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ALBUQUERQUE — Amid a remote stretch of desert landscape, New Mexico’s springboard to space is evolving into final form.
Construction activity is going at full throttle at the Sierra County location of New Mexico’s spaceport, which is billed as the world’s first site built strictly to launch commercial space vehicles. Officials hope to begin testing spacecraft prototypes next year.
First, they’ll need an operating base.
On that front, all systems are go.
“It is just a flurry of activity,” spaceport director Steve Landeene said. “They’re working on the runway. They’re working on a 10-acre apron. They’re working on the terminal-hangar facility. You see 30 to 50 pieces of heavy machinery all moving in unison.”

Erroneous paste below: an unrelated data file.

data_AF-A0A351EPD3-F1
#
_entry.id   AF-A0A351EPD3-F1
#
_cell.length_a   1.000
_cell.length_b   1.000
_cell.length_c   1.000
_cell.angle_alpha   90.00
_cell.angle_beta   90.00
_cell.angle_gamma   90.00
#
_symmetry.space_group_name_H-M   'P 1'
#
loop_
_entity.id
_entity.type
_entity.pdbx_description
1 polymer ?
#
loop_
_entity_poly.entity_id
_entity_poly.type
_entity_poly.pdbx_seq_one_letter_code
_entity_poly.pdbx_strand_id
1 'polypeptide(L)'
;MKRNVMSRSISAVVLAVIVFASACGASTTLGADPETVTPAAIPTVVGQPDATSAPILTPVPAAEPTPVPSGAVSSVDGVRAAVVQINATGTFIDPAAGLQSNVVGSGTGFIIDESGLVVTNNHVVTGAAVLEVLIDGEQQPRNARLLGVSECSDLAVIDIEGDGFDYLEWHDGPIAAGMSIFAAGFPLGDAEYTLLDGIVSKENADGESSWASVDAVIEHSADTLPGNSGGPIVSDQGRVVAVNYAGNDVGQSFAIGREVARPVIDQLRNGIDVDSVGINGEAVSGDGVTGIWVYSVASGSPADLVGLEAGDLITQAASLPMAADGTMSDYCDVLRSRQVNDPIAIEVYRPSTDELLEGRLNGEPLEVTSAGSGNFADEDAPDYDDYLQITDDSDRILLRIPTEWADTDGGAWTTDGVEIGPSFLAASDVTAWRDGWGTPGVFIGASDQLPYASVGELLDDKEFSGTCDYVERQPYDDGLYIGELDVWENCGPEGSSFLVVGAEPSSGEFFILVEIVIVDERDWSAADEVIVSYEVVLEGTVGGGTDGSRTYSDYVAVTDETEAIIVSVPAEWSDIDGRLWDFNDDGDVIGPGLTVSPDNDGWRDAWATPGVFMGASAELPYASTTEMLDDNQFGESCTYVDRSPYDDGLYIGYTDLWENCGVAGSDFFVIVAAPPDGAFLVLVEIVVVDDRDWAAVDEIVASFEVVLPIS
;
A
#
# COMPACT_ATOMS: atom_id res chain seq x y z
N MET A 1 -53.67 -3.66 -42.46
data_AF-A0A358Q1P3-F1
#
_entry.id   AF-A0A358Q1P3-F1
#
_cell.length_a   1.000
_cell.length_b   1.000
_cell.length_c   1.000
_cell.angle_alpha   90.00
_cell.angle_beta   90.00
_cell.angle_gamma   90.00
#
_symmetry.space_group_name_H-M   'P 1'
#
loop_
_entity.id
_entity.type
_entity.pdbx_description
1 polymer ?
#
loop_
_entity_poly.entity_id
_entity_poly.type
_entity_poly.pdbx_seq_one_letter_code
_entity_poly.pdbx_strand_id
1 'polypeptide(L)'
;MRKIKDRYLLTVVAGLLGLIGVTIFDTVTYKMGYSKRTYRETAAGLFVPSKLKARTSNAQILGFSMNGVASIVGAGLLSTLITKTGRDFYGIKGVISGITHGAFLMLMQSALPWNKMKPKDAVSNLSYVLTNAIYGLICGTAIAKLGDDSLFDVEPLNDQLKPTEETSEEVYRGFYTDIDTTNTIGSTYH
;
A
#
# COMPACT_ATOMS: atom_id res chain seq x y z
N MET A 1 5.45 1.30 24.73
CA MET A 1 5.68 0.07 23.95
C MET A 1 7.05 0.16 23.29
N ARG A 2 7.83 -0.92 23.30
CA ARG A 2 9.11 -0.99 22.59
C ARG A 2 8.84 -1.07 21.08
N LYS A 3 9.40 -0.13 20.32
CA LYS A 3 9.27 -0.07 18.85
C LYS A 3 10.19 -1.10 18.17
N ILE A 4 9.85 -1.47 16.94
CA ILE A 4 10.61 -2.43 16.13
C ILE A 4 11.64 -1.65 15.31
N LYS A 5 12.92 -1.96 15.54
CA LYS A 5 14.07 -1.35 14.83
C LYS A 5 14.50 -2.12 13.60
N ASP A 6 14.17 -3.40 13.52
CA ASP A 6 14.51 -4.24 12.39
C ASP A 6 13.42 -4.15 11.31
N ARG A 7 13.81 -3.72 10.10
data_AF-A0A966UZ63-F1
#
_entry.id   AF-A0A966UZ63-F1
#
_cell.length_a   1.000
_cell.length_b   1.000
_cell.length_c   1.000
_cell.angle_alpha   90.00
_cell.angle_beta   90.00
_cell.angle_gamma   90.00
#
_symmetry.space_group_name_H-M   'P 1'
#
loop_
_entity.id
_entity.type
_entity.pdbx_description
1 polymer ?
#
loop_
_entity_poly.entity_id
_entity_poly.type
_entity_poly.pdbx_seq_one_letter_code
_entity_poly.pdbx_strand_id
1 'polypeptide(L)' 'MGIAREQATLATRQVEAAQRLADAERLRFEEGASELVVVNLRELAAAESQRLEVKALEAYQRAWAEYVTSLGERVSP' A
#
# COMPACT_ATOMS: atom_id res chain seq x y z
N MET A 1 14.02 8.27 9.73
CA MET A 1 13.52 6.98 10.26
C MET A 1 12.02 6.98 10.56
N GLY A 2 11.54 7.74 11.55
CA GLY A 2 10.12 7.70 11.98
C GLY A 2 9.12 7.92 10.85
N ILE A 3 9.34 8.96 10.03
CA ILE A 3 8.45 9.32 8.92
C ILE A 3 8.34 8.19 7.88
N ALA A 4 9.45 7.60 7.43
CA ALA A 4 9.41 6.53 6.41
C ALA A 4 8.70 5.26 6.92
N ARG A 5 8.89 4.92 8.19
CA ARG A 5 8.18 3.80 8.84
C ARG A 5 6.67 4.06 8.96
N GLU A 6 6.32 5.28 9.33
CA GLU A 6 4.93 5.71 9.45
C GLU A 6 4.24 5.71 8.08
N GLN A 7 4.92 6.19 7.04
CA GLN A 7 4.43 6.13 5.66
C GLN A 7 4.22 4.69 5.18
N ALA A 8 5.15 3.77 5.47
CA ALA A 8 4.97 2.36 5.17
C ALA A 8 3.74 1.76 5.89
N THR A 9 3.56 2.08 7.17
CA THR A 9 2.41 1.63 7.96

As construction pressed ahead in recent months, the state’s $200 million investment — dubbed Spaceport America — got a huge boost during this year’s 30-day legislative session when lawmakers unanimously authorized an informed consent measure.
The bill, signed Feb. 27 by Gov. Bill Richardson, is similar to laws approved earlier in Florida and Virginia. It protects New Mexico’s spaceport and its operators from legal liability if there are injuries or deaths during a spaceflight catastrophe.
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